Thursday, 5 August 2010

Working late.

Costing new work takes a lot of time, especially when it involves a new pathogen. I've learned from past mistakes though.

One - never give a quote without looking up prices first. If pressed, quote wildly high. Companies are happy if you later reduce the quote but very unhappy if you try to increase it. (If they accept the wildly high quote, keep quiet).

Two - remember that every bit of income will be taxed. If you can do the job for £100 and you're paid £100, tax and NI will take a chunk out of it and you'll end up paying to work. Never work at cost price and it's never worth working at a loss to get new business. They'll expect those prices all the time.

Three - it's not just the materials and the testing. There's the setting up, the analysis, the reporting and the disposal. All costs money and time. This particular job will send me 60 samples per set and they all have to be done the day they arrive. That's late working and involves pain money.

Four - there is always, always, always... something you've forgotten. Don't release a quote until you remember what it is because it's usually something expensive.

So I am up later than Dracula again but this time with little to say. I've made forays to other people's blogs tonight but haven't got a good story for the evening.

Tonight then, I have a question instead.

How many of the 1966 England World Cup team were smokers?

Does anyone know?


Timdog said...

More importantly, my copy of your book has winged its way to Switzerland! Fears of the old and new looks good, not a bad binding effort at all.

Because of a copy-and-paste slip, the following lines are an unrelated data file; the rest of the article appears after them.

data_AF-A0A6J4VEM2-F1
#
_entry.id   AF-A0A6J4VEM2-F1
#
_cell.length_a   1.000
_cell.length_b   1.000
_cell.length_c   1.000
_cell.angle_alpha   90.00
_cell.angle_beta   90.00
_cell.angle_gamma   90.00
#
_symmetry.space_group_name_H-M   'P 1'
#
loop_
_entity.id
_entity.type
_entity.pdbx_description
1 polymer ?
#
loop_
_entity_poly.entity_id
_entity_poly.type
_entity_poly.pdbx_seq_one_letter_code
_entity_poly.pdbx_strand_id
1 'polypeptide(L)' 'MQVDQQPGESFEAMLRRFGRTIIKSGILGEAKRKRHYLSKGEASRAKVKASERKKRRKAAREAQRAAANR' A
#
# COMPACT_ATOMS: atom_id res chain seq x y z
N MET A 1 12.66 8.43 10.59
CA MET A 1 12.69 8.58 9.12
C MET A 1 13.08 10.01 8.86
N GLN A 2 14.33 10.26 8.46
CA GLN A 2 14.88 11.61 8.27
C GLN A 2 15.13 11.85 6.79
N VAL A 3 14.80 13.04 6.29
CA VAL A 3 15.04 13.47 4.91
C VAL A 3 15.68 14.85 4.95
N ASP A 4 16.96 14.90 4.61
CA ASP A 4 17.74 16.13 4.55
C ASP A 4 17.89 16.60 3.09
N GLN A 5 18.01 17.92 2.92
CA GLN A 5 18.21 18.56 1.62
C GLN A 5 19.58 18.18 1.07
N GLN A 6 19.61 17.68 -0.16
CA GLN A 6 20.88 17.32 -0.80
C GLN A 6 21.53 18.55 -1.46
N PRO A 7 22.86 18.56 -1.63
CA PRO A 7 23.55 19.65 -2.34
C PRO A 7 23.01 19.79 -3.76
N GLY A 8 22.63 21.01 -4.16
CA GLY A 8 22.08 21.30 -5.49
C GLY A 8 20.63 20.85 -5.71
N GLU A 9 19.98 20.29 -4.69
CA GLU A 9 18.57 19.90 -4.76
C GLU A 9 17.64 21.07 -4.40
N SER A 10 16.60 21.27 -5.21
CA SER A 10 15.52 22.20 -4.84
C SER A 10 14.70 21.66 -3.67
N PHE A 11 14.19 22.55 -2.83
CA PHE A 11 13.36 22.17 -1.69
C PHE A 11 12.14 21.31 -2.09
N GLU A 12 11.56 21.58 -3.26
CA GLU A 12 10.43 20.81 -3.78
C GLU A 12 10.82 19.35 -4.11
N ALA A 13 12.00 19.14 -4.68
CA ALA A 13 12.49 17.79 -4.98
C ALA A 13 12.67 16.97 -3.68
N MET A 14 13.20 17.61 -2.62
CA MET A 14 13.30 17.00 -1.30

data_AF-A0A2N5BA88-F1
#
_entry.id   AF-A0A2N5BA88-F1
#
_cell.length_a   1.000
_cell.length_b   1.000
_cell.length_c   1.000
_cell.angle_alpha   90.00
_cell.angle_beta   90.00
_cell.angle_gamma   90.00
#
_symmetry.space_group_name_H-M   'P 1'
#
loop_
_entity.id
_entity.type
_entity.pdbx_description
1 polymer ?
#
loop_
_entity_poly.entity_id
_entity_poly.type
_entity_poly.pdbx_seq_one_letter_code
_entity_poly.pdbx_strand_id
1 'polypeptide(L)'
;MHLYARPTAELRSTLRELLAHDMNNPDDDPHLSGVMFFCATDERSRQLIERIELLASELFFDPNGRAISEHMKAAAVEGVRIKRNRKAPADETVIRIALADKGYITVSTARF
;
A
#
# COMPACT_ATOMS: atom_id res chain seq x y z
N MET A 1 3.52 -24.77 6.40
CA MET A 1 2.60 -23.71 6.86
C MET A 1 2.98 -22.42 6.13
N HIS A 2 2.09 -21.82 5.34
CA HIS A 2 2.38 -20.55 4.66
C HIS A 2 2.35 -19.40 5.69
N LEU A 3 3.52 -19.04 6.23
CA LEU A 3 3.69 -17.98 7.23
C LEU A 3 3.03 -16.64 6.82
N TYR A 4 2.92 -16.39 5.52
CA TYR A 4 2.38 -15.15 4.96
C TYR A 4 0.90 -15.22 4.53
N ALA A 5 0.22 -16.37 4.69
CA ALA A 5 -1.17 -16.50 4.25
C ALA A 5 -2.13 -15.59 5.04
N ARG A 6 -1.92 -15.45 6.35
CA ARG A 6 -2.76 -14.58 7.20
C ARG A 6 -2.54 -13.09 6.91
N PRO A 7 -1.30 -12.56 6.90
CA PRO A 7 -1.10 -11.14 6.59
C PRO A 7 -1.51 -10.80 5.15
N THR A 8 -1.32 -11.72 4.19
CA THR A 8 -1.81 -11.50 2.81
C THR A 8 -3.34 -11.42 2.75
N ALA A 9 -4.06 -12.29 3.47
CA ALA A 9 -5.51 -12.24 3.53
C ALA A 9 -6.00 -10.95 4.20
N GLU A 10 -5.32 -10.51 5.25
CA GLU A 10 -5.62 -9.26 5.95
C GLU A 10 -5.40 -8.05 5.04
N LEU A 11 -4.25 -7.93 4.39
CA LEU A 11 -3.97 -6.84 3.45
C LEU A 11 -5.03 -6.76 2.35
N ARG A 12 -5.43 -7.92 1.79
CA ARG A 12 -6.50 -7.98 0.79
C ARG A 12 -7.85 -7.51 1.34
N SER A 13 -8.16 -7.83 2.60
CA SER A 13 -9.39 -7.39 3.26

PS I imagine something in the region of three-quarters were smokers, but since "half of all smokers will die from their addiction" I guess they didn't have long to enjoy their victory!

Frank Davis said...

I'm pretty sure that Bobby Moore was a smoker and a pretty heavy drinker too. That was the culture back then.

Stewart Cowan said...

I read recently that both Charlton brothers smoked.

I also read that David James has recently quit after a long 20-a-day habit.

Fascist Hippy said...

Not sure how many smoked in 1966, but I think they have all stopped now.

Amazing coincidence, the word verification for this was GAZZA, see this;

Anonymous said...

'Not sure how many smoked in 1966, but I think they have all stopped now.'

Certainly Bobby Moore and Alan Ball have.

The greatest Brazilian side were full of them. Socrates, their captain, smoked 40 a day and he was/is a medical doctor. Mind you they didn't actually win the WC so maybe there's something in it.

Anonymous said...

I don’t know exactly how many of them smoked, but I’ll bet it was a lot more than today’s team (it is notable that two of the smokers they picture in the article didn’t actually go to the World Cup – couldn’t they find any more than just Rooney and Lennon?). And I think that the fact that they won illustrates a much-swept-under-the-carpet factoid about smoking – that it inspires people and enables them to feel much more positive passion about what they love than non-smokers are able to – a vital but often-overlooked facet in sports, particularly team sports, to ensure success at the highest levels. Frank D did a very good article on this whilst the WC was taking place, comparing the zingy Argentinean team with the rather ploddy and workmanlike English. Perhaps they should have selected Cole and Bridge instead of some of the non-smokers they took along ……..

Mike said...

It's depressing to see that this is the most favoured comment about the article:

"wow....what great role models we have for kids today!"

So says Kath of Nottingham.

I reckon if Kath finds out I smoke like a chimney and drink like a fish yet am fitter now in my early forties than I was in my twenties, her head would probably explode.

Some of the fittest people in my gym are smokers.

The most redundant comment in the article is the one from Mark Leather:

'It is baffling to see Wayne Rooney smoking because the long-term effects are well documented and are not conducive to professional athletes,' he said.

I can't think of many athletes who are still at the peak of their performance after they've hit 40. OK, maybe a few cricketers.

opinions powered by